# Posts Tagged dust grains

## Recent Postings from dust grains

### Large dust grains in the wind of VY Canis Majoris

Massive stars live short lives, losing large amounts of mass through their stellar wind. Their mass is a key factor determining how and when they explode as supernovae, enriching the interstellar medium with heavy elements and dust. During the red supergiant phase, mass-loss rates increase prodigiously, but the driving mechanism has proven elusive. Here we present high-contrast optical polarimetric-imaging observations of the extreme red supergiant VY Canis Majoris and its clumpy, dusty, mass-loss envelope, using the new extreme-adaptive-optics instrument SPHERE at the VLT. These observations allow us to make the first direct and unambiguous detection of submicron dust grains in the ejecta; we derive an average grain radius $\sim$ 0.5 $\mu$m, 50 times larger than in the diffuse ISM, large enough to receive significant radiation pressure by photon scattering. We find evidence for varying grain sizes throughout the ejecta, highlighting the dynamical nature of the envelope. Grains with 0.5 $\mu$m sizes are likely to reach a safe distance from the eventual explosion of VY Canis Majoris; hence it may inject upwards of 10$^{-2}$ M$_\odot$ of dust into the ISM.

### Using cm Observations to Constrain the Abundance of Very Small Dust Grains in Galactic Cold Cores

In this analysis we illustrate how the relatively new emission mechanism known as spinning dust can be used to characterize dust grains in the interstellar medium. We demonstrate this by using spinning dust emission observations to constrain the abundance of very small dust grains (a $\lesssim$ 10nm) in a sample of Galactic cold cores. Using the physical properties of the cores in our sample as inputs to a spinning dust model, we predict the expected level of emission at a wavelength of 1cm for four different very small dust grain abundances, which we constrain by comparing to 1cm CARMA observations. For all of our cores we find a depletion of very small grains, which we suggest is due to the process of grain growth. This work represents the first time that spinning dust emission has been used to constrain the physical properties of interstellar dust grains.

### Molecules and dust in Cassiopeia A: II - Dust sputtering and diagnosis for dust survival in supernova remnants

We study the dust evolution in the supernova remnant Cassiopeia A. We follow the processing of dust grains formed in the Type II-b supernova by modelling the sputtering of grains located in dense ejecta clumps crossed by the reverse shock. Further sputtering in the inter-clump medium once the clumps are disrupted by the reverse shock is investigated. The dust evolution in the dense ejecta clumps of Type II-P supernovae and their remnants is also studied. We study oxygen-rich clumps that describe the ejecta oxygen core, and carbon-rich clumps that correspond to the outermost carbon-rich ejecta zone. We consider the dust components formed in the supernova, several reverse shock velocities and inter-clump gas temperatures, and derive dust grain size distributions and masses as a function of time. We find that non-thermal sputtering in clumps is important and accounts for reducing the grain population by ~ 40% to 80% in mass, depending on the clump gas over-density and the grain type and size. A Type II-b SN forms small grains that are sputtered within clumps and in the inter-clump medium. For Cas A, silicate grains do not survive thermal sputtering in the inter-clump medium. Our derived masses of currently processed silicate, alumina and carbon grains in Cas A agree well with values derived from observations. Grains in Type II-P are better survive the remnant phase. For dense ejecta clumps, dust survival efficiencies range between 42% and 98% in mass. For the SN1987A model, the derived surviving dust mass is in the range ~ 0.06-0.14 Msolar. This type of dense SNe may then be efficient dust providers to galaxies. Specifically, silicate grains over 0.1 micron and other grains over 0,05 micron survive thermal sputtering in the remnant. Therefore, pre-solar grains of SN origin possibly form in the dense ejecta clumps of Type II-P supernovae.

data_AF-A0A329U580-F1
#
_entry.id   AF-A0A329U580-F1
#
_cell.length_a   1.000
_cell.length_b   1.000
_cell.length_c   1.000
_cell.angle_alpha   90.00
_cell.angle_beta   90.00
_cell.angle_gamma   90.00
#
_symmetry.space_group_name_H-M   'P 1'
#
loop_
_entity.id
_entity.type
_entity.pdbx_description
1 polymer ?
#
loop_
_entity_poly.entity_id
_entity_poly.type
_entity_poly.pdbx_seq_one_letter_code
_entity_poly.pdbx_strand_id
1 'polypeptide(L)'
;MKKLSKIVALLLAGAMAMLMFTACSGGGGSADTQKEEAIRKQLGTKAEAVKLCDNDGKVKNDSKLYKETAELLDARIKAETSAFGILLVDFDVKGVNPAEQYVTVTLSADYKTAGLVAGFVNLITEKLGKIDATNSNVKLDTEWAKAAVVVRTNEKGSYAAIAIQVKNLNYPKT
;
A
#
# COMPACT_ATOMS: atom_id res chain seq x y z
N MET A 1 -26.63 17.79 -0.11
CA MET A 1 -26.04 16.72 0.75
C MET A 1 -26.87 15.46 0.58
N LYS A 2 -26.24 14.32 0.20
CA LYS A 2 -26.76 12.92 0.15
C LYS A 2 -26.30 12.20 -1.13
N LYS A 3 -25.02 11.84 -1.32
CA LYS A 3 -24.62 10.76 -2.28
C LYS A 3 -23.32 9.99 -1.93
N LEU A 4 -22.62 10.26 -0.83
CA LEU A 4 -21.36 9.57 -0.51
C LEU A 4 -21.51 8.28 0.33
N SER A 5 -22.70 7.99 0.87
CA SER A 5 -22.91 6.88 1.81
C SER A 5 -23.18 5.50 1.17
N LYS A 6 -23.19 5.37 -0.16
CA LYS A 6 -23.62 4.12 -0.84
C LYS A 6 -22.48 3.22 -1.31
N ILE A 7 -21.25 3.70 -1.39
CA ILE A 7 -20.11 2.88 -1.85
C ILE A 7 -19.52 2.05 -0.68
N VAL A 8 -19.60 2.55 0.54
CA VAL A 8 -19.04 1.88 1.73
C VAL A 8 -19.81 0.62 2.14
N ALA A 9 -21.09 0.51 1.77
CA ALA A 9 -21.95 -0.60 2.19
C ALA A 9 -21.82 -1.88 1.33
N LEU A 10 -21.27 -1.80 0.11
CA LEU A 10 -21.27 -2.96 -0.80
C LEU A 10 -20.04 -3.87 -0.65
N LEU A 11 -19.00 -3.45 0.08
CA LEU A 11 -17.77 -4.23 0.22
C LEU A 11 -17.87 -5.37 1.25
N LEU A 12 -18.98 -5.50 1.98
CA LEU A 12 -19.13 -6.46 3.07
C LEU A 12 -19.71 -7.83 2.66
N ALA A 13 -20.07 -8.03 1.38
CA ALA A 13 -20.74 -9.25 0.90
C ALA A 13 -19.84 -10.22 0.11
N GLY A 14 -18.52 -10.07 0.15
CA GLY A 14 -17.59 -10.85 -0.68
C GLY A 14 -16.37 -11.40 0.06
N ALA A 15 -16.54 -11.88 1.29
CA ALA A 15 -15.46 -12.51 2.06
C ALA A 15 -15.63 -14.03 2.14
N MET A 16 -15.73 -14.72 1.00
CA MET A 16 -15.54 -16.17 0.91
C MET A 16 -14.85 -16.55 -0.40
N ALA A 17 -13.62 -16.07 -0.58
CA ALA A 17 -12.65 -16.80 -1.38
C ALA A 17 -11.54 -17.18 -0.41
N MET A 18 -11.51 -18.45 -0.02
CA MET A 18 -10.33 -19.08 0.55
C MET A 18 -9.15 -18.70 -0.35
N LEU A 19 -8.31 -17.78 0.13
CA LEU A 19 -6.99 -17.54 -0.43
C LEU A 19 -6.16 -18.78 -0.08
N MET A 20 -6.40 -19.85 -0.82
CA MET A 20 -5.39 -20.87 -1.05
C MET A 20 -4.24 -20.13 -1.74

### Magnetic grain trapping and the hot excesses around early-type stars

A significant fraction of main sequence stars observed interferometrically in the near infrared have slightly extended components that have been attributed to very hot dust. To match the spectrum appears to require the presence of large numbers of very small (< 200 nm in radius) dust grains. However, particularly for the hotter stars, it has been unclear how such grains can be retained close to the star against radiation pressure force. We find that the expected weak stellar magnetic fields are sufficient to trap nm-sized dust grains in epicyclic orbits for a few weeks or longer, sufficient to account for the hot excess emission. Our models provide a natural explanation for the requirement that the hot excess dust grains be smaller than 200 nm. They also suggest that magnetic trapping is more effective for rapidly rotating stars, consistent with the average vsini measurements of stars with hot excesses being larger (at about 2 sigma) than those for stars without such excesses.